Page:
Walt’s ability to deal with the harsh reality that separated two gruesome world wars with the support of fantasy, could now comfortably be described as escapism.
Across the Atlantic and a century earlier, Emily Bronté, a young author, housebound in adversity, learned to escape her own reality, to create a simulacrum of the real world, a world full of ‘real people’, living ‘real lives’, both in love and in tragedy.
Her father strictly managed her environment, yet those dull Yorkshire walls bore no bounds to her imagination of a life that she could not possibly have understood or experienced.
A world that ordinary people enjoyed and endured day in and day out.
Powerful novels like Wuthering Heights, belied her youth and life experience.
In the latter part of the 20th Century, psychologists described such phenomena as Paracosm.
The rather scary sounding term used to refer for example, to a child’s ability to create an imaginary friend for their own enjoyment.
Rather interestingly, an author that Walt greatly admired; J M Barrie, is attributed to have an ability to use paracosm to astonishing effect.
His most famous work is one of Walt’s much treasured novels.
Peter Pan of course, was possibly the most imaginative character of the 1900’s and later became one of Walt Disney’s greatest on screen creations.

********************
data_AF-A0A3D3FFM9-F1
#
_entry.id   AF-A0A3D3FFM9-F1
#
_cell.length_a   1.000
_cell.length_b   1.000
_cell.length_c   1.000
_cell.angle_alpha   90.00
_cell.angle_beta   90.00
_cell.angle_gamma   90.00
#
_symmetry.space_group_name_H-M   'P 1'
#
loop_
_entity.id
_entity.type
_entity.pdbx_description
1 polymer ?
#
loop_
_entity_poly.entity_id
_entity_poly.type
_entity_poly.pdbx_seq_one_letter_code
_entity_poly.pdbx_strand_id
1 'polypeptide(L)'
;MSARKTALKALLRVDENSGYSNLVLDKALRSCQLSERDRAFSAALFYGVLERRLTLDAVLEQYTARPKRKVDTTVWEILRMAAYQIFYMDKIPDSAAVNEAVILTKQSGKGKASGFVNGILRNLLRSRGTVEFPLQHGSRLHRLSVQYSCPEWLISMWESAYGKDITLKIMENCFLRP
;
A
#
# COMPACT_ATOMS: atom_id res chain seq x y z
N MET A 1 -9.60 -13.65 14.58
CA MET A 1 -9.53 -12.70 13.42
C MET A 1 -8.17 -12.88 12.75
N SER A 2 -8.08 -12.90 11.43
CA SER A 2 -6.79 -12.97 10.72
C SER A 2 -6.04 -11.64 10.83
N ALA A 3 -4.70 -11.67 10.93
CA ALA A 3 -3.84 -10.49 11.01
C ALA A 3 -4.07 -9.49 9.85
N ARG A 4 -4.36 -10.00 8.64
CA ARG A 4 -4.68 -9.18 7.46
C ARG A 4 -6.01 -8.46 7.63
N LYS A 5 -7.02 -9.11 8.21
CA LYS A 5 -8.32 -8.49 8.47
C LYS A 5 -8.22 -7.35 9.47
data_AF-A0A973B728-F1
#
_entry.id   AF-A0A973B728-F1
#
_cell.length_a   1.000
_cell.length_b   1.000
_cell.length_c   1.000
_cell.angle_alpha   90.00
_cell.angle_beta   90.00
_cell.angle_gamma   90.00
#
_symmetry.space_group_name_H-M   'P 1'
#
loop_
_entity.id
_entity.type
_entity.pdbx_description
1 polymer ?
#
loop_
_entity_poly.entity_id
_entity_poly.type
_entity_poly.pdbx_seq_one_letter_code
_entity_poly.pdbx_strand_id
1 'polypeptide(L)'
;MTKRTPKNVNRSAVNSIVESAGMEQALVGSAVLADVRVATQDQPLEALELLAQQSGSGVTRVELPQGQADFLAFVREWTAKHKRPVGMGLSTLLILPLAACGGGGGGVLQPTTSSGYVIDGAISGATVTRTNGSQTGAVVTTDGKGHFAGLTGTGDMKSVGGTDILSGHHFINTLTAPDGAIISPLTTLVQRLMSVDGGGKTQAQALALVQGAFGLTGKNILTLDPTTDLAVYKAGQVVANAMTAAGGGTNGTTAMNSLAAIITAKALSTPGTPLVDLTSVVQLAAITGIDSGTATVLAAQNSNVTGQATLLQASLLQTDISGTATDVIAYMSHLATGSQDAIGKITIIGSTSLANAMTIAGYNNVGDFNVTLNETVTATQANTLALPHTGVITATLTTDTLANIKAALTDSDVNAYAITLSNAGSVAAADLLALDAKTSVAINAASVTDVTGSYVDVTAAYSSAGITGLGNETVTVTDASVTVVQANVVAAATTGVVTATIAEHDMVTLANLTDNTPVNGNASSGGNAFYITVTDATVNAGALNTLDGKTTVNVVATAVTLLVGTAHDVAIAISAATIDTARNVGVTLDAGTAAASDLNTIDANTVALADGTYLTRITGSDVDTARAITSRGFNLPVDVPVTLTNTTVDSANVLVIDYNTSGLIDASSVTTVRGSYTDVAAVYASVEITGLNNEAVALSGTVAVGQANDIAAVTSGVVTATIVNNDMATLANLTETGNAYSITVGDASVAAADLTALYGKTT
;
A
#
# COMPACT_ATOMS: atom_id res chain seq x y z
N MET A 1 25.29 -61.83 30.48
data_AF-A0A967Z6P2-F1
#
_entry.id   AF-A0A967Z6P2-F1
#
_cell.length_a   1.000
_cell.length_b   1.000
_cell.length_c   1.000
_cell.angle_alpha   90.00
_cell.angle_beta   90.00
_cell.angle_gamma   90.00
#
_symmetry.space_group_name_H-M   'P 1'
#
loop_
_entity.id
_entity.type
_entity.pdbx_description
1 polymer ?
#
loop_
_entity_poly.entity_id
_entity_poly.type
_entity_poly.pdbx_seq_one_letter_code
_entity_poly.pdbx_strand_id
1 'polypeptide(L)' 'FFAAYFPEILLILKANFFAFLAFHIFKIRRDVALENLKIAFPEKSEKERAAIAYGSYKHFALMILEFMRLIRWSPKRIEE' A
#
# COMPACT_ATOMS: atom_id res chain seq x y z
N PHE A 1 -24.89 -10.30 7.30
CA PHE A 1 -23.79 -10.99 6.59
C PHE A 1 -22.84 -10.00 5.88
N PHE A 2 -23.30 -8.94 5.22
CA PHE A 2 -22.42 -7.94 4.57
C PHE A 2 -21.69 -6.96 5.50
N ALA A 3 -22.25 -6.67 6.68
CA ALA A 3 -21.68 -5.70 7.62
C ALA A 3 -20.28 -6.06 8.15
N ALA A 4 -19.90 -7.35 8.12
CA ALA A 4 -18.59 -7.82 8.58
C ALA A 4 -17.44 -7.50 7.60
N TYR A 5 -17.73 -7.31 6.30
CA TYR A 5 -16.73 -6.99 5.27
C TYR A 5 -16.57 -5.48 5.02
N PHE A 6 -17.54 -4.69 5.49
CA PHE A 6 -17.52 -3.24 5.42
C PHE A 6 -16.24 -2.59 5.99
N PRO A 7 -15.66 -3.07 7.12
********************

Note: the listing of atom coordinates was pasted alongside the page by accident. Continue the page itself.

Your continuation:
Fantasy and reality – a tough balance!
If we believe Walt, being able to dream and fantasise is crucially important.
Who are we to disagree?
Well, to be honest us!
We are parents, spouses, workers, breadwinners and more. We have responsibilities!
As a result we are unfortunately bound by our regular lives and the appropriate pressures that day to day life burdens us with.
The same of course, applied to Walt.
Forgive the pun, but the art of fantasy, in Walt’s case for sure, was to ensure that the dreams influenced reality, exercised carefully without destroying the essential practicalities of his life.
No doubt Walt sat with his kids, doing homework, washing dishes, fixing the car.
My money is on the fact that we saw a glimmer of those practical experiences in much of his work. Walt didn’t just use fantasy to influence his life, he used his life to influence his fantasies.
That is the art of fantasy!